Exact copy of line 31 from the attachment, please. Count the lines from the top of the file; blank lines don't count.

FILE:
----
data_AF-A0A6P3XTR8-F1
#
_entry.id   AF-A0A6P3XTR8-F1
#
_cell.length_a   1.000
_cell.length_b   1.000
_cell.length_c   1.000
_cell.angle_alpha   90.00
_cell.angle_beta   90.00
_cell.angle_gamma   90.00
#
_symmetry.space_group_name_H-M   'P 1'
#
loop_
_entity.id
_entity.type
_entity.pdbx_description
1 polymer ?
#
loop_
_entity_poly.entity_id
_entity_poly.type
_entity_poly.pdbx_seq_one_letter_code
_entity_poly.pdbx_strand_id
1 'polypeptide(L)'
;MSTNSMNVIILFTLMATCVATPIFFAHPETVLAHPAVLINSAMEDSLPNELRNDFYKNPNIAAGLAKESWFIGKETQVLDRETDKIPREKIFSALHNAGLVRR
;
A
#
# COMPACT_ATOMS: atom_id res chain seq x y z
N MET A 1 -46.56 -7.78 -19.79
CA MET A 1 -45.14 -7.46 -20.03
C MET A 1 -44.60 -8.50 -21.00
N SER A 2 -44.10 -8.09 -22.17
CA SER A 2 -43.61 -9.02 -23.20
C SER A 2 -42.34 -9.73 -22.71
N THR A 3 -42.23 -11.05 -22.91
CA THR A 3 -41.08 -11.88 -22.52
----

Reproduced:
N MET A 1 -46.56 -7.78 -19.79